Life or Health Insurance: What Should You Prioritize?
When life demands actions, we prioritize. An undeniable indicator of adulthood is the ability to prioritize needs over wants in order to stabilize and improve one’s personal finances. But cognizance of maturity is just entry-level adulthood. Comedian Chris Rock once said that life is not short, it is very long, especially when you’ve made all the wrong choices early in life. Actions have consequences. And sometimes adults don’t have choices to make, they have to choose from competing priorities. If you had to choose between life or health insurance, which would you choose?
Which one should you prioritize?
As grown adults, you should have both life insurance and health insurance. But even before the economy got slapped by the pandemic and inflation started shooting for the stars, having both life and health insurance is something easier said than done.
Many Americans don’t get life insurance until they desperately need it and has minimal impact on their lives. And the problem is almost as bad with health insurance. Many people get it through their employment and deal with coverage gaps. Or they get the barest and minimum coverage through Health.gov without considering all of their options.
You should have both life and health insurance, especially if you are young and have a family. However, real life usually gets in the way whenever adults must prioritize needs over wants in their households. (Or choose amongst priorities.)
If you must choose, you should prioritize life insurance first. But that does not mean you should never get health insurance. It just means that it is a temporarily deferred priority that must become a top priority when your personal circumstances allow it.
Let’s discuss your options between choosing life or health insurance and how you can defer one without excluding it.
Life or Health Insurance: Easier Said Than Done?
Before we list the pros and cons of life or health insurance, let’s discuss the struggles that most American endure trying to attain either.
What is Life Insurance?
Life insurance is a death benefit contract between a life insurance company and the policyholder. Upon the death of the policyholder, any beneficiaries named by the policyholder in the coverage policy before death will receive death payments. The amount and length of payments are determined by the policy and length of ownership.
Life insurance is most optimal to get the younger you are. It’s cheaper and easier to get on your terms when you are younger. The older you are, the more financial risk life insurance companies incur to cover you since older people are more likely to get sick or suffer from diseases.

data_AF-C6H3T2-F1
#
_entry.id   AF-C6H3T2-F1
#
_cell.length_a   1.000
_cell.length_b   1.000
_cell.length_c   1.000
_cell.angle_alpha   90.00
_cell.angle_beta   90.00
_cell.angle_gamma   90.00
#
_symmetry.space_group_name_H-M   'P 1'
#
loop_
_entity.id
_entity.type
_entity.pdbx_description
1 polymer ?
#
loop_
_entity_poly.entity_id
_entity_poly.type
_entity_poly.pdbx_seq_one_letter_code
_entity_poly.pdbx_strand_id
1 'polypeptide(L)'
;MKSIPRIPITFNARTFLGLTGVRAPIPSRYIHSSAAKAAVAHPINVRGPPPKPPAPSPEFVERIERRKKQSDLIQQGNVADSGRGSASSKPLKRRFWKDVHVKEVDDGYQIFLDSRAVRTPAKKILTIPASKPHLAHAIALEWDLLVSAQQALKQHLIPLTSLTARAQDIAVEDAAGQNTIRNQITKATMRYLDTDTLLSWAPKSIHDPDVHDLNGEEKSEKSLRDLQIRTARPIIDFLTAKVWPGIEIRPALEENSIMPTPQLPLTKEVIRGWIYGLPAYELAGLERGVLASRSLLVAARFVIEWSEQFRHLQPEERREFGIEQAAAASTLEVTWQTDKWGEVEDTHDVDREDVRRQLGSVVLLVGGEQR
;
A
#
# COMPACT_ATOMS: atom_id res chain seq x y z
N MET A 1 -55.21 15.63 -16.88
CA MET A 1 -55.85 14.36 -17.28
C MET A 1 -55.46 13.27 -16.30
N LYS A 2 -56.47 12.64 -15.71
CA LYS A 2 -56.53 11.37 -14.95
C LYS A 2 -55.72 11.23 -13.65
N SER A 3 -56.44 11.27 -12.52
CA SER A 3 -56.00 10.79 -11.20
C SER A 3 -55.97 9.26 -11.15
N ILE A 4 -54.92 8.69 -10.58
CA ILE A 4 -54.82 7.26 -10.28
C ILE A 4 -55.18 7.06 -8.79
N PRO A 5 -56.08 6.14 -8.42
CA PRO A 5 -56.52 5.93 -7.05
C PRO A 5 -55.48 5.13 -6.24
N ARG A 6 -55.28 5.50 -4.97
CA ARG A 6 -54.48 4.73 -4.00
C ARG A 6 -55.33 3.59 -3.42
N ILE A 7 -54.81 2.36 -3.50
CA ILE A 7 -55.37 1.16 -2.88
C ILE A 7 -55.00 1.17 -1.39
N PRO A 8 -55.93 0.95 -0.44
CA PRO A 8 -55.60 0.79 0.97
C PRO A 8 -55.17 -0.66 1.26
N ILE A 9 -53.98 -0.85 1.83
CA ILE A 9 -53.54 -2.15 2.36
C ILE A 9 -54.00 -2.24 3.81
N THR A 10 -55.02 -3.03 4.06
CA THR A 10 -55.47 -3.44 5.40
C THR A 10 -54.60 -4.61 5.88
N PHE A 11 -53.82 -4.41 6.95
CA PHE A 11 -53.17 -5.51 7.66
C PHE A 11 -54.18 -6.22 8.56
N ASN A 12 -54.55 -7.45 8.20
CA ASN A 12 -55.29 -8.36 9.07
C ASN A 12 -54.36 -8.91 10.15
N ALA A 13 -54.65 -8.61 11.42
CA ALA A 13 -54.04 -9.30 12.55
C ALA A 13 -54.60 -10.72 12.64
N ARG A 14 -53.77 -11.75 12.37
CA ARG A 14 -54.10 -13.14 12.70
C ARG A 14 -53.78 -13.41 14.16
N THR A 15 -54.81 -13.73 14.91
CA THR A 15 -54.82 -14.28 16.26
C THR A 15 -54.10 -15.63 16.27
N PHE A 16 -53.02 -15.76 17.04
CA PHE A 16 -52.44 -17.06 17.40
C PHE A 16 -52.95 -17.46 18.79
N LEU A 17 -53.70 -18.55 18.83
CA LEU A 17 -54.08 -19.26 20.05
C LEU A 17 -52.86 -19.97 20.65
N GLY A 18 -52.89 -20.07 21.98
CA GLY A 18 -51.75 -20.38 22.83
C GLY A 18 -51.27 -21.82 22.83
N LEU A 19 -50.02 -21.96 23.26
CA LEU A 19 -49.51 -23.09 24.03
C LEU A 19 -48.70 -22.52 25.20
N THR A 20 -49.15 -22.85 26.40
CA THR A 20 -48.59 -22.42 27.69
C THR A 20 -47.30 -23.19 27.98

However, over a third of Americans don’t have life insurance. About 50% of Americans owned a life insurance policy in 2022. But over 52% of Americans owned a life insurance policy in 2021.
Most Americans overestimate how much life insurance will cost them. If you have car insurance and home insurance, you really need life insurance.
Life insurance can cost well under $100 a month if you are in your 20s. It can be much cheaper than that if you are healthy. Life insurance can become prohibitively expensive the older you become.
Getting life insurance for the first time in your 60s can cost hundreds of dollars per month.
We can’t discuss life or health insurance without explaining health insurance next.
What is Health Insurance?
Health insurance is a contract between a health insurer and a policyholder. The health insurance company promises to pay for all of the qualifiable medical services incurred by the policyholder based on the contract and premium.
Almost 29 million Americans live without medical insurance. Most people get their health insurance through employment. However, it’s no secret that many Americans became involuntarily unemployed during the pandemic.
Millions of Americans are quitting their jobs every month in a phenomenon called the Great Resignation. Over 15.9% of Americans quit their jobs in September 2022. However, every American who quit a job with health benefits is exposing themselves to financial peril if they suffer a medical emergency.
The average cost of a doctor’s visit can be as much as $600 for an uninsured person. But the more severe your medical problem, the more expensive it will be to treat.